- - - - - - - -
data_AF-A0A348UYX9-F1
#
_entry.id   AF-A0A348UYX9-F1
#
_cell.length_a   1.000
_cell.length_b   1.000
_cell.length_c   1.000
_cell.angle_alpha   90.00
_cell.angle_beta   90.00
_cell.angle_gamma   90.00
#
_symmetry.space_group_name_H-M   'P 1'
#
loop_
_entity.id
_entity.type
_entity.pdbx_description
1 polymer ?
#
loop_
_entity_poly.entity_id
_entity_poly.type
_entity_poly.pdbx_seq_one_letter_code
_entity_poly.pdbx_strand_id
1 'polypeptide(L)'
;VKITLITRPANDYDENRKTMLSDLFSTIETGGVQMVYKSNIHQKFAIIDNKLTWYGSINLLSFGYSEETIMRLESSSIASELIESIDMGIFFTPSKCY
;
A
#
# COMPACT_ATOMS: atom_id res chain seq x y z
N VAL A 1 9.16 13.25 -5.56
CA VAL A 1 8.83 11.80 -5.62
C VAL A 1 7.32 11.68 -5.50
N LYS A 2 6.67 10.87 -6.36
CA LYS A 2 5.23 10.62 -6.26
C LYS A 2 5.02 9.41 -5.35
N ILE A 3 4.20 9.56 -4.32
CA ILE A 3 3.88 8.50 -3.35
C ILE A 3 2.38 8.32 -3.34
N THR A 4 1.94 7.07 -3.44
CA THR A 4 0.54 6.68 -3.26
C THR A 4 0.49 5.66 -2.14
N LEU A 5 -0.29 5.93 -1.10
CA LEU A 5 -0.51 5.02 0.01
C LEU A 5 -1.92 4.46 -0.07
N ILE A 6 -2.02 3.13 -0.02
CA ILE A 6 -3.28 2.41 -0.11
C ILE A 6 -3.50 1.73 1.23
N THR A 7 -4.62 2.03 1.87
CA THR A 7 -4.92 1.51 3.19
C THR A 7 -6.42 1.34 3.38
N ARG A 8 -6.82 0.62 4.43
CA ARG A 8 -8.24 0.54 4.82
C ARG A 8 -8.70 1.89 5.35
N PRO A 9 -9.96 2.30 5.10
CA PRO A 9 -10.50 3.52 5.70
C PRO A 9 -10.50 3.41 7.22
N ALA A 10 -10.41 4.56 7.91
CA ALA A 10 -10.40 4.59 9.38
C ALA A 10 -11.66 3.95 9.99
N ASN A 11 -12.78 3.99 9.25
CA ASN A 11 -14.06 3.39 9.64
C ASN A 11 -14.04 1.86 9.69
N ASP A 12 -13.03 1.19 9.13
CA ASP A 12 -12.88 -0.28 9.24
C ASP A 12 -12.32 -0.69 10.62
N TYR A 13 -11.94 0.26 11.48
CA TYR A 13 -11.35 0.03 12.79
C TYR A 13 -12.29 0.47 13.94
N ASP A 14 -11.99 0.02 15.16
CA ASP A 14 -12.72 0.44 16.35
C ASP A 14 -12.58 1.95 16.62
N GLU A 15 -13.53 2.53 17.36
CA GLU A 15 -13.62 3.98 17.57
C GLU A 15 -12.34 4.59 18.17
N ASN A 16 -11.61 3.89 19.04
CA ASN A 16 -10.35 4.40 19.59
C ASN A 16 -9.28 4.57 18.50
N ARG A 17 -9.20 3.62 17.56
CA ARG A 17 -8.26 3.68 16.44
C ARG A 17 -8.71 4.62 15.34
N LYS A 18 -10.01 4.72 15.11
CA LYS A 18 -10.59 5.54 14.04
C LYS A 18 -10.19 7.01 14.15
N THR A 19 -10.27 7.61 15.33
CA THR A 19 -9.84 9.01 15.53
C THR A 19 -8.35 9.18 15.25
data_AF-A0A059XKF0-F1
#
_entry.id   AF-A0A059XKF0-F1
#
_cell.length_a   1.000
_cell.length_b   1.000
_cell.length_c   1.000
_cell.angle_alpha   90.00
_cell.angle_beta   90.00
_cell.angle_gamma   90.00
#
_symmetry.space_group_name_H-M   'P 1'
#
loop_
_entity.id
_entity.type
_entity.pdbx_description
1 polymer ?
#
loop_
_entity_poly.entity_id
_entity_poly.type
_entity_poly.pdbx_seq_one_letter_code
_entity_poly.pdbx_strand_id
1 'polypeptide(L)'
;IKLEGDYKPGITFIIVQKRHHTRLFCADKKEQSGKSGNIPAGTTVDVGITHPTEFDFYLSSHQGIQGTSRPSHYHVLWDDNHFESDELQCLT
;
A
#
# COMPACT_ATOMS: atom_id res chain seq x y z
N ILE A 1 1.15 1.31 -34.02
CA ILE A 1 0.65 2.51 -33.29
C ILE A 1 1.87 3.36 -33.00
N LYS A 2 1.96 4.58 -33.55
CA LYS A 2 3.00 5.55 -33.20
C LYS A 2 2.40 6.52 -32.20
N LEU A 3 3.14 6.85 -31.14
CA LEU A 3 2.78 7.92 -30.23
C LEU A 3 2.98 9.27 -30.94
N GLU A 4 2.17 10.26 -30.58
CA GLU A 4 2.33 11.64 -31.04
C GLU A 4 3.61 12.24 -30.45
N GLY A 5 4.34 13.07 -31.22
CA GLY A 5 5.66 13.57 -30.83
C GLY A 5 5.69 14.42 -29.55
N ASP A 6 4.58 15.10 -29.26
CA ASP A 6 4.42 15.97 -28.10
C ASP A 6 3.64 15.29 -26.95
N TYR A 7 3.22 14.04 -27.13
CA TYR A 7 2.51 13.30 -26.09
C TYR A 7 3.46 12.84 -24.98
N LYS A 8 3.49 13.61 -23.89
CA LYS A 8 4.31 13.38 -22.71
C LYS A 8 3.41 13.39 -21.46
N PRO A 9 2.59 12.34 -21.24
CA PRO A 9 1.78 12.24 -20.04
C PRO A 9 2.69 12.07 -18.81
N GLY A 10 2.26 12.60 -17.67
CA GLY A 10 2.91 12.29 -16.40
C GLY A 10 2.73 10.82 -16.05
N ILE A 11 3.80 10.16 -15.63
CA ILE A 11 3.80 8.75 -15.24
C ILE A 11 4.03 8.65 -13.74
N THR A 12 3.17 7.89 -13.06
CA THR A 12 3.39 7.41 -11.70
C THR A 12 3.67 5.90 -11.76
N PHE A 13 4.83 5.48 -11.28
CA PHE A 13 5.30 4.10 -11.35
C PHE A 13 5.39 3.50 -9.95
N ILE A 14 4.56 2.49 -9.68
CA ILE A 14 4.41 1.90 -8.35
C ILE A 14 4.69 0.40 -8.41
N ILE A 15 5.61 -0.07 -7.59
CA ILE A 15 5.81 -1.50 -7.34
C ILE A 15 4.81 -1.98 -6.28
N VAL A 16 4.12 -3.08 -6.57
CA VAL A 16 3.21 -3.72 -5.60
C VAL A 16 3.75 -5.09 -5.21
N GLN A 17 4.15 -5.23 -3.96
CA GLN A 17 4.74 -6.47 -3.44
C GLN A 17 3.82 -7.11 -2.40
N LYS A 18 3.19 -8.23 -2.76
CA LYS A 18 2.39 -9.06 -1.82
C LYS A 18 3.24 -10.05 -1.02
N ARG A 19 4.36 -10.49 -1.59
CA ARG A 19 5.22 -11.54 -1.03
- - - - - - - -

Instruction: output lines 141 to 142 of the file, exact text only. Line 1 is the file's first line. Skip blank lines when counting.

C LYS A 8 3.41 13.39 -21.46
N PRO A 9 2.59 12.34 -21.24